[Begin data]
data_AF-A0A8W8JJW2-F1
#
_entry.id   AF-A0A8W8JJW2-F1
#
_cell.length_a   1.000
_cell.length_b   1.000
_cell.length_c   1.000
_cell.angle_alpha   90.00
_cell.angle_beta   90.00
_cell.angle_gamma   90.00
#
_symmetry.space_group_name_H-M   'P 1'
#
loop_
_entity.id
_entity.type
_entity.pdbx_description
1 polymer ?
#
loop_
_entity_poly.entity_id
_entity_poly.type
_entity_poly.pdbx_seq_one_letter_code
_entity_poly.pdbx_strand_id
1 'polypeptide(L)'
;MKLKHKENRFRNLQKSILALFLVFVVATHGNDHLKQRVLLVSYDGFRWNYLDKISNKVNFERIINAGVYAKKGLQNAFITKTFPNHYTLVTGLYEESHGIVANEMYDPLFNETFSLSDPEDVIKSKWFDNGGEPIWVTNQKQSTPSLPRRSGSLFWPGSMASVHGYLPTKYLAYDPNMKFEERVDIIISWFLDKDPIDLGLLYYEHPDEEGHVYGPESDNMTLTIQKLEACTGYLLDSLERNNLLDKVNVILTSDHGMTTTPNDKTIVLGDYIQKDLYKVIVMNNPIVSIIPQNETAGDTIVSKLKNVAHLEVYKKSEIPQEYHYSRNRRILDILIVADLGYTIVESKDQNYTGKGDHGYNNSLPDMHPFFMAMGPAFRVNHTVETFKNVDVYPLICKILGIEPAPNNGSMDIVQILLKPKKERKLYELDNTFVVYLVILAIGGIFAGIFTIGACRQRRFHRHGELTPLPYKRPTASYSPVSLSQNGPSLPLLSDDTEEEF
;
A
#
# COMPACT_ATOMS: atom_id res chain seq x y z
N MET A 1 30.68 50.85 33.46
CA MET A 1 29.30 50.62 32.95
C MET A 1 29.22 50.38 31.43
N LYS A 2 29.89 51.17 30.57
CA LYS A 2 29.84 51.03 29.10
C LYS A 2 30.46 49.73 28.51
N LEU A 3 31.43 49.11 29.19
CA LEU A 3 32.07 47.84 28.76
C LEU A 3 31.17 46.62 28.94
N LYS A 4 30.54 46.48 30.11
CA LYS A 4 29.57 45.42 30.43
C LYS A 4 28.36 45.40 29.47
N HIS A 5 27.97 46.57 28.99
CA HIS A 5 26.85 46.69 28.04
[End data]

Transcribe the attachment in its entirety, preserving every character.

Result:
data_AF-A0A8W8JJW2-F1
#
_entry.id   AF-A0A8W8JJW2-F1
#
_cell.length_a   1.000
_cell.length_b   1.000
_cell.length_c   1.000
_cell.angle_alpha   90.00
_cell.angle_beta   90.00
_cell.angle_gamma   90.00
#
_symmetry.space_group_name_H-M   'P 1'
#
loop_
_entity.id
_entity.type
_entity.pdbx_description
1 polymer ?
#
loop_
_entity_poly.entity_id
_entity_poly.type
_entity_poly.pdbx_seq_one_letter_code
_entity_poly.pdbx_strand_id
1 'polypeptide(L)'
;MKLKHKENRFRNLQKSILALFLVFVVATHGNDHLKQRVLLVSYDGFRWNYLDKISNKVNFERIINAGVYAKKGLQNAFITKTFPNHYTLVTGLYEESHGIVANEMYDPLFNETFSLSDPEDVIKSKWFDNGGEPIWVTNQKQSTPSLPRRSGSLFWPGSMASVHGYLPTKYLAYDPNMKFEERVDIIISWFLDKDPIDLGLLYYEHPDEEGHVYGPESDNMTLTIQKLEACTGYLLDSLERNNLLDKVNVILTSDHGMTTTPNDKTIVLGDYIQKDLYKVIVMNNPIVSIIPQNETAGDTIVSKLKNVAHLEVYKKSEIPQEYHYSRNRRILDILIVADLGYTIVESKDQNYTGKGDHGYNNSLPDMHPFFMAMGPAFRVNHTVETFKNVDVYPLICKILGIEPAPNNGSMDIVQILLKPKKERKLYELDNTFVVYLVILAIGGIFAGIFTIGACRQRRFHRHGELTPLPYKRPTASYSPVSLSQNGPSLPLLSDDTEEEF
;
A
#
# COMPACT_ATOMS: atom_id res chain seq x y z
N MET A 1 30.68 50.85 33.46
CA MET A 1 29.30 50.62 32.95
C MET A 1 29.22 50.38 31.43
N LYS A 2 29.89 51.17 30.57
CA LYS A 2 29.84 51.03 29.10
C LYS A 2 30.46 49.73 28.51
N LEU A 3 31.43 49.11 29.19
CA LEU A 3 32.07 47.84 28.76
C LEU A 3 31.17 46.62 28.94
N LYS A 4 30.54 46.48 30.11
CA LYS A 4 29.57 45.42 30.43
C LYS A 4 28.36 45.40 29.47
N HIS A 5 27.97 46.57 28.99
CA HIS A 5 26.85 46.69 28.04